Spend time here listening to understand them, how they see things and how they feel. Honor and respect their right to think and feel the way they do. Ask lots of questions and stay here until they feel heard and understood. If you do this right, you will probably learn some things about your partner you didn't know.
Then, ask permission to share something that has been creating a little fear in you. Ask if they would be willing to listen and not get defensive, reiterating that your intent here is to strengthen the relationship and understand each other better.
Remind them that you love them, then explain the behaviors that are triggering you using "I" statements. Try phrases like "I feel," "when I hear this I experience this," "in my opinion," and "from my perspective."
Try to avoid "you" statements that feel like an attack. Tell them that when they say or do these things it triggers some fear in you and explain what your fears are. Own the fact that your reactions may be more about events in your past than they are about your partner in the present. Talk it through while staying focused on mutual understanding, respect and a desire to know each other better.
The people closest to you typically don't mean to intentionally offend you or put you down on purpose, but it does happen. If they intentionally meant harm, there are a couple of places it can go from there:
You can do this.
This was first published on ksl.com
One of the most common people problems that companies bring me to solve is office drama that has gotten out of hand.
The problems often start with two co-workers who can't get along, who finagle the rest of the office to take sides. Sometimes just one gossip-prone person who likes to stir the pot can ruin the atmosphere for the whole office.
Your first responsibility at work is to make sure you aren't the problem. If you are a person who often dislikes co-workers, gets bothered or offended easily, or feels the need to voice complaints to whoever will listen, you might be the problem in your office and this kind of behavior will absolutely hold you back in your career.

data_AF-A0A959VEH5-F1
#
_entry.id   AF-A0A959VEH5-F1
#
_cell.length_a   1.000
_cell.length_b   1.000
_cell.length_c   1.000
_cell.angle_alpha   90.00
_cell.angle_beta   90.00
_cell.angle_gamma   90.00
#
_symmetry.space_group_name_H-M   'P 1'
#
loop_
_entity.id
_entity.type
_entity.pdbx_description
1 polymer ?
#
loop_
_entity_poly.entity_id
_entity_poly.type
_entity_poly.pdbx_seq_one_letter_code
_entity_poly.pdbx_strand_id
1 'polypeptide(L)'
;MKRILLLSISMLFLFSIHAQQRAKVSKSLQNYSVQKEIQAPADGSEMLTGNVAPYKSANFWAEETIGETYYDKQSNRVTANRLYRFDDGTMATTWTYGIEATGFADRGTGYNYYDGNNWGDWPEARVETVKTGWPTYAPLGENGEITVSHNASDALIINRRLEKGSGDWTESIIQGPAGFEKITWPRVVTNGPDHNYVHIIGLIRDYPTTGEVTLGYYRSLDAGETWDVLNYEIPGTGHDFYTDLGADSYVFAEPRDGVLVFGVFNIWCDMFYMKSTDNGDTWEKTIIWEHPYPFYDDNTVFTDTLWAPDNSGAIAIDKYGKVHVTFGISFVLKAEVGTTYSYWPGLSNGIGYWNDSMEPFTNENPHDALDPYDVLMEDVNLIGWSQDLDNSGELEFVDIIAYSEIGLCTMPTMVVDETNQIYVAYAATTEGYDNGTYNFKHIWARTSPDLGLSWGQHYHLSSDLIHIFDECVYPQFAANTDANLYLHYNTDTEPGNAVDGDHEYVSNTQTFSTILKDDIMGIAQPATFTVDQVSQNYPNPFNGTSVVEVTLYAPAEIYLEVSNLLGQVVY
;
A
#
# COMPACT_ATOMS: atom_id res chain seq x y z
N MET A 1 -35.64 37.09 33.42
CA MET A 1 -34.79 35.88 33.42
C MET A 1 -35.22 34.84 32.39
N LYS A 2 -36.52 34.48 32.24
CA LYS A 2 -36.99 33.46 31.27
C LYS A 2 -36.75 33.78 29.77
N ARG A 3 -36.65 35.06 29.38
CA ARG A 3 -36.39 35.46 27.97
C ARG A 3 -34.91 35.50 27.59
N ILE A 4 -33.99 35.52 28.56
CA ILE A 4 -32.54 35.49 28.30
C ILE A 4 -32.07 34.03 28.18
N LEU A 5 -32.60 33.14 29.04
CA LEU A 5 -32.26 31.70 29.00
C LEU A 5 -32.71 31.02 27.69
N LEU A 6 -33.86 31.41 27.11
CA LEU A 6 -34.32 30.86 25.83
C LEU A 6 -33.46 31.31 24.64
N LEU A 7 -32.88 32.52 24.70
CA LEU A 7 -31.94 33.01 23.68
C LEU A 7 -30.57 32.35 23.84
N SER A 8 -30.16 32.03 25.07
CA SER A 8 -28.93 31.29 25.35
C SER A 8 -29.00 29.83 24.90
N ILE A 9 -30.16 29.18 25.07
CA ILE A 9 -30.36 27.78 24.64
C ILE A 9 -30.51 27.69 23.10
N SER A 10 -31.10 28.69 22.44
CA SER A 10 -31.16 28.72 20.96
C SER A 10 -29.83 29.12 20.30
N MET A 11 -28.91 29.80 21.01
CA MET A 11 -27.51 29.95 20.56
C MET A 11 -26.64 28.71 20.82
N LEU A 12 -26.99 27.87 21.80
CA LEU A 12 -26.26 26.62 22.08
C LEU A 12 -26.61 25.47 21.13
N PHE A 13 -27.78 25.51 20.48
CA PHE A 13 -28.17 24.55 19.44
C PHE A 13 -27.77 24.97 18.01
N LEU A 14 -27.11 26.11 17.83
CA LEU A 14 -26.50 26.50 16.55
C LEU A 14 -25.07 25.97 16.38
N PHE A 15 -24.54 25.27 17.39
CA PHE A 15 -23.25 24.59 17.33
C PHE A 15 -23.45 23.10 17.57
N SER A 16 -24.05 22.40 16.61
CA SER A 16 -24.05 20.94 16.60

Here are some ways you can deal with office drama going on around you and make sure you aren't the problem:
Refuse to participate in gossip
Don't gossip about your co-workers even if it feels justified and you really need to vent. Find someone outside the office with whom you can voice your frustrations.
It is OK to dislike someone, but it is not OK for you to talk about that at work or encourage others to dislike them too. Practice compassion for any co-worker you dislike and understand they are doing the best they can with what they know.
Stop and get some clarity before you react to anything
Your immediate reaction to most situations will not be clear-headed. Calm down and take some time to determine the outcome you really want and the response most likely to create that outcome. If you need to respond, do so calmly and respectfully.
Give people the benefit of the doubt
You don't need to immediately assume negative intent. Most offenses aren't intentional or done with malice. Strive to be hard to offend.
Avoid people who start or spread ill-will
If someone in the office is prone to gossip or drama, stay away from them or walk away when it starts. This could make adversarial co-workers turn on you, but that's better than being part of the problem. Higher-ups can usually see who is causing the problems, and it won't be you.
Ignore most bad behavior
If it is a problem you can't ignore, have a mutually validating, private, kind, respectful conversation to address it. But for the most part, try to let most things roll off.
Don't take sides
If people are closing ranks around two co-workers, refuse to join either side. Encourage compassion toward all involved.
See everyone as having the same value
Everyone has the same infinite value on a unique classroom journey. Let them be where they are and hold back judgment. You have no idea what has happened in their life to create the place they are in now. Assume they are wounded too and that all involved deserve compassion.
Do not allow others to disparage, disregard or mistreat you, but hold these boundaries the right way with respectful conversation or by taking the problem to the right superior. Quietly document inappropriate behavior if necessary.
Don't react negatively to negativity
If you hear people are talking negatively about you, don't negatively react. This is a chance to either learn something and grow or practice knowing it doesn't matter what others say. If the negativity continues and needs to be addressed, have a private, respectful, conversation. But most of the time, just working on being the best you is the best response.
'When they go low ... go high'
Follow former First Lady Michelle Obama's advice: "When they go low, we go high." Keep taking the high road and showing compassion, maturity and respect to everyone, regardless of how low they go.
Remember: what other people do and say doesn't change your value